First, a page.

Connecting And Accelerating Serendipity

Go ahead and spend the next four minutes watching this video.

Wow, it’s the 21st Century’s version of Esther Williams water ballet! Don’t you think? (If you’re too young to know who Eshter Williams is, that’s why I provided a link.)

Chris Brogan says this video applies to Twitter. He describes Twitter as a serendipity engine. I like that!

A while back Steffan Antonas wrote about how blogging, social media and Twitter created a culture of encouraging randomness and accelerating serendipity. Steffan got the phrase, encouraging randomness and accelerating serendipity from Tara Hunt who wrote The Whuffie Factor.

Here’s what I wrote in July and I think it applies well to this video and Chris Brogan’s thoughts.

Ultimately, I believe we all crave community and connections. And technology, especially social media platforms like Facebook, LinkedIn, Ning and Twitter, has given us new ways to connect with others, no matter where they are.

It’s those connections that we crave.

I see social media akin to picking up the phone, having a meeting, or joining a community organization. It’s a touchpoint and a mechanism for conversation. People forge relationships with other people, not with a brand, a business or technology.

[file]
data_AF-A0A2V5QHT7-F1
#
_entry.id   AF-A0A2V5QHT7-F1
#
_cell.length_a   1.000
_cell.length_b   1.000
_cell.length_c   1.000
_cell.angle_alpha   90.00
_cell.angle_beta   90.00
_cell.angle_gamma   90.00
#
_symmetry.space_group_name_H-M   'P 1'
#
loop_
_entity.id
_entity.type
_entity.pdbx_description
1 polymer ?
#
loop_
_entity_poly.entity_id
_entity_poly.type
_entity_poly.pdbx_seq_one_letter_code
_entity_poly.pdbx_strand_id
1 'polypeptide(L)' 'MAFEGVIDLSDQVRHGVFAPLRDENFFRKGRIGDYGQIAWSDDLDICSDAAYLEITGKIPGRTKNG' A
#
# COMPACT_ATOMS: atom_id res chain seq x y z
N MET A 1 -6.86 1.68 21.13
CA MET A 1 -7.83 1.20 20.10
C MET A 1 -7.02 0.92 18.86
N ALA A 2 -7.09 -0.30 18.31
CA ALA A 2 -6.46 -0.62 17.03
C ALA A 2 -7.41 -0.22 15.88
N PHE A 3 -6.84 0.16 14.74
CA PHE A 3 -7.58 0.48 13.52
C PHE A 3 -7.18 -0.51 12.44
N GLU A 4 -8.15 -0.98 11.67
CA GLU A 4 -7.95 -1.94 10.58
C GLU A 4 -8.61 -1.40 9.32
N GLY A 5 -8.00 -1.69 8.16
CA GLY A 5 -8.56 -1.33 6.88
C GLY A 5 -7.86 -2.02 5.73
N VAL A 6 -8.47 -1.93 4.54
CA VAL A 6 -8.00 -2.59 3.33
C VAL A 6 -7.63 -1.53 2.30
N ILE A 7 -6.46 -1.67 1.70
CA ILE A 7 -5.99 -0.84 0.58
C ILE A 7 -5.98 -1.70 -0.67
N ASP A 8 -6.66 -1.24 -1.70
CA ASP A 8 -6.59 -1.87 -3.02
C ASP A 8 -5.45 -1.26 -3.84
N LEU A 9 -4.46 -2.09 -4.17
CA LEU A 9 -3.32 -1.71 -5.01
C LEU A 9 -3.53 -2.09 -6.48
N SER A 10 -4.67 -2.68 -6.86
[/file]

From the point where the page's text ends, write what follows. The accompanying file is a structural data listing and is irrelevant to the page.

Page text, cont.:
Contrary to popular belief, social networking sites tend to augment, rather than replace, offline interactions. One of the reasons why social media sites are so successful is their focus on supporting offline networks over online-only relationships.

How is this possible? Before, the notion of “keeping in touch” was hard work. It required one if not both parties to actively pursue contact on an at least somewhat regular basis. Communication required time and planning.

Social networking sites, on the other hand, are designed for easy, lightweight, ad hoc communication.

They’re designed to help us make those connections and maintain a healthy human network of the social economy, as Brian Solis says.

So how do you describe your online connections and relationships? Are they different from your face-to-face connections? Do you have any tips for maintaining and nurturing your connections, whether online or off? Share your thoughts.

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